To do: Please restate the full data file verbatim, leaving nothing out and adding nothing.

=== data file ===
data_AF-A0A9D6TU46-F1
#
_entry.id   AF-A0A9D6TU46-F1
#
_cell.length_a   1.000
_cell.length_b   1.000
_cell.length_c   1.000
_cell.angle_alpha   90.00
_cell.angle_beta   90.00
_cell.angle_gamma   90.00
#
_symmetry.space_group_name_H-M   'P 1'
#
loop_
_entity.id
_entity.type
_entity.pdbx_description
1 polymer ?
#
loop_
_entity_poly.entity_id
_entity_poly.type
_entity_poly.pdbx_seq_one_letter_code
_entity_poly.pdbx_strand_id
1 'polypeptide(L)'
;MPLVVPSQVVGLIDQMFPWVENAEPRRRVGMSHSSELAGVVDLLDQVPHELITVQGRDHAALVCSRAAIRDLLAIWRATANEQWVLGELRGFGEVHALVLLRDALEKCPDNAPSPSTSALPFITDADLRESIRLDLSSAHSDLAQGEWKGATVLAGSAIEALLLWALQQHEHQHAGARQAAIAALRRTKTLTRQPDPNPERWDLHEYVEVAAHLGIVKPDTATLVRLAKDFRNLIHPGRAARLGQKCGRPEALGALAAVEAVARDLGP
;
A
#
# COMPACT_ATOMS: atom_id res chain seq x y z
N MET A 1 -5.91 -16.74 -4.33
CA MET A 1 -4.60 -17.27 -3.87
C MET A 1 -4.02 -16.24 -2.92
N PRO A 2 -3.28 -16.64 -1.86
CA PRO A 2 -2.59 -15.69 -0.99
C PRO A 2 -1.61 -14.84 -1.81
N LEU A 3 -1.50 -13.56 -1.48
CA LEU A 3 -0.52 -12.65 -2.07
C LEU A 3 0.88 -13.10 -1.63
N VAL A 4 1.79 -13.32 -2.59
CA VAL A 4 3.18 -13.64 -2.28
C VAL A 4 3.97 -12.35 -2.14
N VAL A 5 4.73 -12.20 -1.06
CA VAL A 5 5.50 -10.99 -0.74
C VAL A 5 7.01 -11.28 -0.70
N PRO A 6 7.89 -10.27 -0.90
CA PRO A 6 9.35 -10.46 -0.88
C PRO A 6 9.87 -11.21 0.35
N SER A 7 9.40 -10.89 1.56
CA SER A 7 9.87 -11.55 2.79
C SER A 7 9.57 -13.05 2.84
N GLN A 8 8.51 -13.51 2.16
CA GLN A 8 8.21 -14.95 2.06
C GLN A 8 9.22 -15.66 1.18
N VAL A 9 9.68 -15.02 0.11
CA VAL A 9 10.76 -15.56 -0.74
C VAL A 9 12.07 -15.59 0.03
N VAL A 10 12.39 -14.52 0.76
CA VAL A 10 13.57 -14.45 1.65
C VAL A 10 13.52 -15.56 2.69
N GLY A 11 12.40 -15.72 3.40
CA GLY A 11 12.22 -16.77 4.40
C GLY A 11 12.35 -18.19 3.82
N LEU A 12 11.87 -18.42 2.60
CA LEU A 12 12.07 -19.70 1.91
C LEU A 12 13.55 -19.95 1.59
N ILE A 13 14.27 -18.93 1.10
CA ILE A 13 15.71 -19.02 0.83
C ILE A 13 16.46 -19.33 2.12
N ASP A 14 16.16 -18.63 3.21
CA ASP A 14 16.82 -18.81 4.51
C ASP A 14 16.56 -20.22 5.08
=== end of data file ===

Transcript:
data_AF-A0A9D6TU46-F1
#
_entry.id   AF-A0A9D6TU46-F1
#
_cell.length_a   1.000
_cell.length_b   1.000
_cell.length_c   1.000
_cell.angle_alpha   90.00
_cell.angle_beta   90.00
_cell.angle_gamma   90.00
#
_symmetry.space_group_name_H-M   'P 1'
#
loop_
_entity.id
_entity.type
_entity.pdbx_description
1 polymer ?
#
loop_
_entity_poly.entity_id
_entity_poly.type
_entity_poly.pdbx_seq_one_letter_code
_entity_poly.pdbx_strand_id
1 'polypeptide(L)'
;MPLVVPSQVVGLIDQMFPWVENAEPRRRVGMSHSSELAGVVDLLDQVPHELITVQGRDHAALVCSRAAIRDLLAIWRATANEQWVLGELRGFGEVHALVLLRDALEKCPDNAPSPSTSALPFITDADLRESIRLDLSSAHSDLAQGEWKGATVLAGSAIEALLLWALQQHEHQHAGARQAAIAALRRTKTLTRQPDPNPERWDLHEYVEVAAHLGIVKPDTATLVRLAKDFRNLIHPGRAARLGQKCGRPEALGALAAVEAVARDLGP
;
A
#
# COMPACT_ATOMS: atom_id res chain seq x y z
N MET A 1 -5.91 -16.74 -4.33
CA MET A 1 -4.60 -17.27 -3.87
C MET A 1 -4.02 -16.24 -2.92
N PRO A 2 -3.28 -16.64 -1.86
CA PRO A 2 -2.59 -15.69 -0.99
C PRO A 2 -1.61 -14.84 -1.81
N LEU A 3 -1.50 -13.56 -1.48
CA LEU A 3 -0.52 -12.65 -2.07
C LEU A 3 0.88 -13.10 -1.63
N VAL A 4 1.79 -13.32 -2.59
CA VAL A 4 3.18 -13.64 -2.28
C VAL A 4 3.97 -12.35 -2.14
N VAL A 5 4.73 -12.20 -1.06
CA VAL A 5 5.50 -10.99 -0.74
C VAL A 5 7.01 -11.28 -0.70
N PRO A 6 7.89 -10.27 -0.90
CA PRO A 6 9.35 -10.46 -0.88
C PRO A 6 9.87 -11.21 0.35
N SER A 7 9.40 -10.89 1.56
CA SER A 7 9.87 -11.55 2.79
C SER A 7 9.57 -13.05 2.84
N GLN A 8 8.51 -13.51 2.16
CA GLN A 8 8.21 -14.95 2.06
C GLN A 8 9.22 -15.66 1.18
N VAL A 9 9.68 -15.02 0.11
CA VAL A 9 10.76 -15.56 -0.74
C VAL A 9 12.07 -15.59 0.03
N VAL A 10 12.39 -14.52 0.76
CA VAL A 10 13.57 -14.45 1.65
C VAL A 10 13.52 -15.56 2.69
N GLY A 11 12.40 -15.72 3.40
CA GLY A 11 12.22 -16.77 4.40
C GLY A 11 12.35 -18.19 3.82
N LEU A 12 11.87 -18.42 2.60
CA LEU A 12 12.07 -19.70 1.91
C LEU A 12 13.55 -19.95 1.59
N ILE A 13 14.27 -18.93 1.10
CA ILE A 13 15.71 -19.02 0.83
C ILE A 13 16.46 -19.33 2.12
N ASP A 14 16.16 -18.63 3.21
CA ASP A 14 16.82 -18.81 4.51
C ASP A 14 16.56 -20.22 5.08